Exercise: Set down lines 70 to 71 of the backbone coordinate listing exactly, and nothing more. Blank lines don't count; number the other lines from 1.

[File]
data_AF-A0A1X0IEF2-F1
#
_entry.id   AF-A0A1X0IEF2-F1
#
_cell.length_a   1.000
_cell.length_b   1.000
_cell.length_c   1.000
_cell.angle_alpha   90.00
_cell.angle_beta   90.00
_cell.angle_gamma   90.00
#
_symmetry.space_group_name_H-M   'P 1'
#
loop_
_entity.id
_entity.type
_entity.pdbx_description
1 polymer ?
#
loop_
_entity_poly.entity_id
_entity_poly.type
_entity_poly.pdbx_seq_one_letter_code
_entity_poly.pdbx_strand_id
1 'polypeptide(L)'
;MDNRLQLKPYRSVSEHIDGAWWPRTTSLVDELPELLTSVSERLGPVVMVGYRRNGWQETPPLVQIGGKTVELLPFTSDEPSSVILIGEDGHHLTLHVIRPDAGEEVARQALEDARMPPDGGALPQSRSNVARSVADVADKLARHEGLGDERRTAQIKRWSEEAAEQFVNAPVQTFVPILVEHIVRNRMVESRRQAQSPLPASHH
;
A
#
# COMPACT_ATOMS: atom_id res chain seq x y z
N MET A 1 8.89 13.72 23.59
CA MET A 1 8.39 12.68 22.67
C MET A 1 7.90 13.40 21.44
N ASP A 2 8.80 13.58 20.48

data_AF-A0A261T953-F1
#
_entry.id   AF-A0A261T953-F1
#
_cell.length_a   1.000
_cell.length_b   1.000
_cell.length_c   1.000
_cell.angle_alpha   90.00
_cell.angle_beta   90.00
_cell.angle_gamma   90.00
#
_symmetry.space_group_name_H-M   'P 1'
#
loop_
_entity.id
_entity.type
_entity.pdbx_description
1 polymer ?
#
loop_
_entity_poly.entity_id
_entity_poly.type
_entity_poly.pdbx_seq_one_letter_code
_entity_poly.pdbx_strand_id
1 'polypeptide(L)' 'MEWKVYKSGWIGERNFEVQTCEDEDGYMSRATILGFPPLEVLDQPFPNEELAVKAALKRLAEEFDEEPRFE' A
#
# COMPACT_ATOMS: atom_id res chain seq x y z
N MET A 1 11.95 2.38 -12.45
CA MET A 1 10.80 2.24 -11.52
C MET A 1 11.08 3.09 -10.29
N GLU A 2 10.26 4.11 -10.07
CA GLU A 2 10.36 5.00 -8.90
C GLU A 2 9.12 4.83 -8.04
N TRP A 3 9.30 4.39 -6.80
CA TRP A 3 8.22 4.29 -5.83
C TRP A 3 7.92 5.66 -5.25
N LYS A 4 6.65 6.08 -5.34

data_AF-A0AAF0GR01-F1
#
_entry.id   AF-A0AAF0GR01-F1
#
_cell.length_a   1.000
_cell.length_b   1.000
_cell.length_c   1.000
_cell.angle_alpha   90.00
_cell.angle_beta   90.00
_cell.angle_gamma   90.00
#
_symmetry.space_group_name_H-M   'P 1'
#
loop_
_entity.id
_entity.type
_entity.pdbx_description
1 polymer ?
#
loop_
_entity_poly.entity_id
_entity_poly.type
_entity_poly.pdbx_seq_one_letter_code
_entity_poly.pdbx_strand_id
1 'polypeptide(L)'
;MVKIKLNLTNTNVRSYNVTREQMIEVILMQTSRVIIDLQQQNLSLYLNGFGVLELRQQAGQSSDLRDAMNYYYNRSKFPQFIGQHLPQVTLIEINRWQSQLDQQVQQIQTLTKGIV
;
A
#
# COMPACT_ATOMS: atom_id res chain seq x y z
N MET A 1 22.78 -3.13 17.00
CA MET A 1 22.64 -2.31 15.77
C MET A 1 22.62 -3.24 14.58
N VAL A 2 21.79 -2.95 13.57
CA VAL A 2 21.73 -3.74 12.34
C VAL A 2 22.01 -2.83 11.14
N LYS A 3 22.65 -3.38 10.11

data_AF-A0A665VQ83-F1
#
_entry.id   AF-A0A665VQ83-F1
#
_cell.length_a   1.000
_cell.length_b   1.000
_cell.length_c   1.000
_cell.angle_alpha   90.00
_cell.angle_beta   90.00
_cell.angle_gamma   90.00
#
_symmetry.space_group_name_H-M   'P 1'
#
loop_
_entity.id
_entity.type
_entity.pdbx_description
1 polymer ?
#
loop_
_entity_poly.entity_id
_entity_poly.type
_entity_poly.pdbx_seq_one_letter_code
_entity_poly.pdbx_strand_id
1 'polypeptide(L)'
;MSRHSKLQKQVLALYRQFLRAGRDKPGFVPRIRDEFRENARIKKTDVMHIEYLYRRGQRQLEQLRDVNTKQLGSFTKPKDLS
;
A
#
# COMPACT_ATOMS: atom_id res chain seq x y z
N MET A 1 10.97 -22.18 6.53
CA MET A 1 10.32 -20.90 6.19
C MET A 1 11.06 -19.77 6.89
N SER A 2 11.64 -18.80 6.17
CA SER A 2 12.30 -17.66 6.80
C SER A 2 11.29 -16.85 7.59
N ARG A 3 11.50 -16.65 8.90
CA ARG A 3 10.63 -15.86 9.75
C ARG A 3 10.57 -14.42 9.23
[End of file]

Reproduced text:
C TRP A 3 7.92 5.66 -5.25
N LYS A 4 6.65 6.08 -5.34